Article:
Good News for Debra Crew: Tequila is Surging Outside U.S., Mexico -- IWSR

Diageo has benefitted mightily from the growth of high-end tequila, and the company's new CEO, Debra Crew, has made it clear she intends to export the U.S. enthusiasm for agave-based spirits to the rest of the world.

There's a reason for that: demand for premium agave spirits shows signs of moderation in the US, overall sales are declining in the category’s other major market, Mexico, with volumes slipping by -4% in the first half of 2023.

But outside the U.S., In the first half of 2023, agave grew in 15 out of the world’s top 20 beverage alcohol markets (including the U.S.) – and recorded double-digit volume growth in 11 of them.

Category expansion was driven by a number of factors, including the reopening of the on-trade in China and growing appreciation of tequila as a quality spirit in Spain.

In India, volumes more than doubled in H1 2023 vs 2022 (off a small base) partly thanks to growing consumer acceptance of locally grown agave, which has helped to soften the impact of supply constraints.

And in the UK, the 4% volume decline recorded in H1 2023 masks the changing image of agave in the country: as traditional tequila shot consumption in the on-trade declines, the higher end is enjoying growth, particularly in the home premise.

“Strong interest in agave outside the U.S. has been boosted by growing interest in Mexican culture, celebrity influence and the popularity of cocktails,” says Jose Luis Hermoso, Research Director, IWSR. “The category is also continuing to gain traction thanks to the increasing appreciation of tequila as a quality spirit, a revival of the on-trade and tourism in Asia, and the recovery of the Duty-Free channel post-pandemic.

“Strong performance in the U.S. has meant some brands were on strict quotas in secondary markets, with many of these undersupplied for years as allocations could not fulfil existing demand.”

Premium tequila under-indexes in ROW markets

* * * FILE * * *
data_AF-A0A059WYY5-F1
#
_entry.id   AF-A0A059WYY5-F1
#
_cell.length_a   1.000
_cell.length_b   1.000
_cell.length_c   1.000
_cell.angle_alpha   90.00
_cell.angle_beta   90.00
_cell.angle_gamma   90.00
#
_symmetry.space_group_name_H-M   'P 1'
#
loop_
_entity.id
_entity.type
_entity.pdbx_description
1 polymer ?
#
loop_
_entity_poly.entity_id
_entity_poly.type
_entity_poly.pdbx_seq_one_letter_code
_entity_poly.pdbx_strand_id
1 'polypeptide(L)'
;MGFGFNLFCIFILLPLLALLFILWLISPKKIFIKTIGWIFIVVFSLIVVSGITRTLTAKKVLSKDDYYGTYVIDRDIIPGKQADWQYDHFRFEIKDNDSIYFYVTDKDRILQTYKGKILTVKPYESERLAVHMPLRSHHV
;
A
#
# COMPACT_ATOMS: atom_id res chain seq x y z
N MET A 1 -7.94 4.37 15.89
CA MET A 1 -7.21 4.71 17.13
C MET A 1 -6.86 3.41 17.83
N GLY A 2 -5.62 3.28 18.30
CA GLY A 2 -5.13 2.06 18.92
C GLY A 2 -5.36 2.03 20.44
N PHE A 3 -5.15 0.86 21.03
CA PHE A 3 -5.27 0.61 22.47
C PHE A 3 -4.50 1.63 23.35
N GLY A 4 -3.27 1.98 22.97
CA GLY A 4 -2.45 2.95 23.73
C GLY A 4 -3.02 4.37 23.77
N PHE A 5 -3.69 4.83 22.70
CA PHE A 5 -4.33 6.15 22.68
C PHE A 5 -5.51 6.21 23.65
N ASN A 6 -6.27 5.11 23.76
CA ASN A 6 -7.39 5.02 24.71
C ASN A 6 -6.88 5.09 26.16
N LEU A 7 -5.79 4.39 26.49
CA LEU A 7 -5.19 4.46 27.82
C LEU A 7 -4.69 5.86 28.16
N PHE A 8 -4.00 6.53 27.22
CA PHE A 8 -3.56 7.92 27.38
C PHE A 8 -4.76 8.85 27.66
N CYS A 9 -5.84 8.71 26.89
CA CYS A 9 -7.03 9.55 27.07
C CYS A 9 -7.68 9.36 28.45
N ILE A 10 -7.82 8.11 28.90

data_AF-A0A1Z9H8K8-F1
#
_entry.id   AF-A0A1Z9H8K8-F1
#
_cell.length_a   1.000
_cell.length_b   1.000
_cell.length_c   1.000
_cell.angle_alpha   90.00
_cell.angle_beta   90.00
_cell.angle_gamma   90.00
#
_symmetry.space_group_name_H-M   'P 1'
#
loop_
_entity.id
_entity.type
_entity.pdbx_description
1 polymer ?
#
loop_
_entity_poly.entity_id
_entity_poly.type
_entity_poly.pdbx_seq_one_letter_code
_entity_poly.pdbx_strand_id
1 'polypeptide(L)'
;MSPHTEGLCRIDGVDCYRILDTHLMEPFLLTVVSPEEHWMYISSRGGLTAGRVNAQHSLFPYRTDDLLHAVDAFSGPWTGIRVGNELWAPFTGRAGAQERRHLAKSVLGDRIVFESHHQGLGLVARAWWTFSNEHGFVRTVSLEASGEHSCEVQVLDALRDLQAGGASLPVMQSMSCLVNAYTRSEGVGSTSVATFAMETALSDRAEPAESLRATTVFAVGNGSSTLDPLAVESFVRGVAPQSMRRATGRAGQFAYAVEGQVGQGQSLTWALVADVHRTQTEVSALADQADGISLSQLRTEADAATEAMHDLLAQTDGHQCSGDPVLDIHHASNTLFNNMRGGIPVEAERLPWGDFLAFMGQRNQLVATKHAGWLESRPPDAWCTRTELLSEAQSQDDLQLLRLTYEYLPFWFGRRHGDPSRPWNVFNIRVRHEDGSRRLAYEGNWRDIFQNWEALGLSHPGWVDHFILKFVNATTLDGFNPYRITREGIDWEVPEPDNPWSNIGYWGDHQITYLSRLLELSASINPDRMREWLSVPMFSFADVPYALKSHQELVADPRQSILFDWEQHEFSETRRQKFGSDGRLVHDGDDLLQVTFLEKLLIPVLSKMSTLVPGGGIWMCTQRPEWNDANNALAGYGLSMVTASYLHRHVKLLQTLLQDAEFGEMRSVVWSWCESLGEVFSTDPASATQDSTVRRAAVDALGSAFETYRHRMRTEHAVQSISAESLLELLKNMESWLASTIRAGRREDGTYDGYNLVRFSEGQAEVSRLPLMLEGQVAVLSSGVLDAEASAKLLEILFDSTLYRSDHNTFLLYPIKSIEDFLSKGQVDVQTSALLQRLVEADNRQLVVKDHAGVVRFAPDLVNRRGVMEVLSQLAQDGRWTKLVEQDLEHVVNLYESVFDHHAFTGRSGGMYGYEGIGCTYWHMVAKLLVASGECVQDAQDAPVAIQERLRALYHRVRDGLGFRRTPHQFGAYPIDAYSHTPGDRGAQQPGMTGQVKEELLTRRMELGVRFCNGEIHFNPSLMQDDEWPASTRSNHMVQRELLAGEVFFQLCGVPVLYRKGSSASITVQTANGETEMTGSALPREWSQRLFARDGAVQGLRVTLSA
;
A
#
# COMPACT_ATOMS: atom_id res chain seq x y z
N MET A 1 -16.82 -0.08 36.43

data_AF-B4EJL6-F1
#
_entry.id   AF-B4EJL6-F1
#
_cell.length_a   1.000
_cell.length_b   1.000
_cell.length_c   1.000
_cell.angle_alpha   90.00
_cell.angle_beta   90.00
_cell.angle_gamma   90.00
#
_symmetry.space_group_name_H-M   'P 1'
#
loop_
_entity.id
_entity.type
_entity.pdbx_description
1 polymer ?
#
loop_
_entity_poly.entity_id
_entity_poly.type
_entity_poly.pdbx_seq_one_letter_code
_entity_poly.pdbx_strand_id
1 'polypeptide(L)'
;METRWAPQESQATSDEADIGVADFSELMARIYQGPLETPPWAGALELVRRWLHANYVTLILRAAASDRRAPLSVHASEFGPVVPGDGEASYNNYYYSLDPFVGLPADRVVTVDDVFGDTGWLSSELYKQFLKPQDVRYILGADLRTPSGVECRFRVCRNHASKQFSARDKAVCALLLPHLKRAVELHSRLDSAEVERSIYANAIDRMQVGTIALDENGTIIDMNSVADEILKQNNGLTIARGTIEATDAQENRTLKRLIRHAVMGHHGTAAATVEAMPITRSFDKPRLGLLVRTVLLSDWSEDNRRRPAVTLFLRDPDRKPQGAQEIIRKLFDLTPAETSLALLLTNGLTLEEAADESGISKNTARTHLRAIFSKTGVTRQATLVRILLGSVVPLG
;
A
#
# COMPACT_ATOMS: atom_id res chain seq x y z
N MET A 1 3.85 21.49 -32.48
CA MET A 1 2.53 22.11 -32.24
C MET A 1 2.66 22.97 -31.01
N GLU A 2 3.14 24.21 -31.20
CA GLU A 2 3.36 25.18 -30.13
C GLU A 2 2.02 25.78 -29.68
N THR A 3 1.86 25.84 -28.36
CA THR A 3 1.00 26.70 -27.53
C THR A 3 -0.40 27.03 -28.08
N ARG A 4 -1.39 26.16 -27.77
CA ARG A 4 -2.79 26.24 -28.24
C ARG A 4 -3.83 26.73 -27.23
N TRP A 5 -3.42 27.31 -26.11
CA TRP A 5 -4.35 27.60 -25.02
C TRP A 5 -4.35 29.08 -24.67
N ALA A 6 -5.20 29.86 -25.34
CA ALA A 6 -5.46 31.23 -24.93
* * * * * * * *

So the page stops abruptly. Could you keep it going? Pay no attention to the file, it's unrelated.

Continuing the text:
The disparity between markets in the Americas and the rest of the world means that luxury tequila has huge growth potential. Currently, the U.S. and Mexico sell about 25 times as much ultra-premium-plus tequila as a group of nine ROW markets (the UK, Spain, Australia, China, France, Japan, Italy, Germany and Poland).

For other spirits categories, such as Cognac/brandy and whisky, the differential in ultra-premium-plus volumes is less than two to one.

“The ultra-premium space for agave-based spirits under-indexes outside the U.S. and Mexico, compared with other spirits categories,” says Hermoso. “Potentially, this gives high-end tequila enormous headway for future growth, if brand owners can continue to successfully promote its quality credentials with consumers.”

In the short to medium term, the U.S. (and, to a lesser extent, Mexico) will continue to be by far the most important priorities for agave brand owners – simply because they account for more than 85% of category volumes, and an even larger proportion in the higher price tiers.

But, if demand continues to moderate in the U.S., and volumes keep declining in Mexico, companies may have to rethink their global brand strategies – and look to a larger and more diverse group of markets around the world to fuel future category growth, ISWR says.

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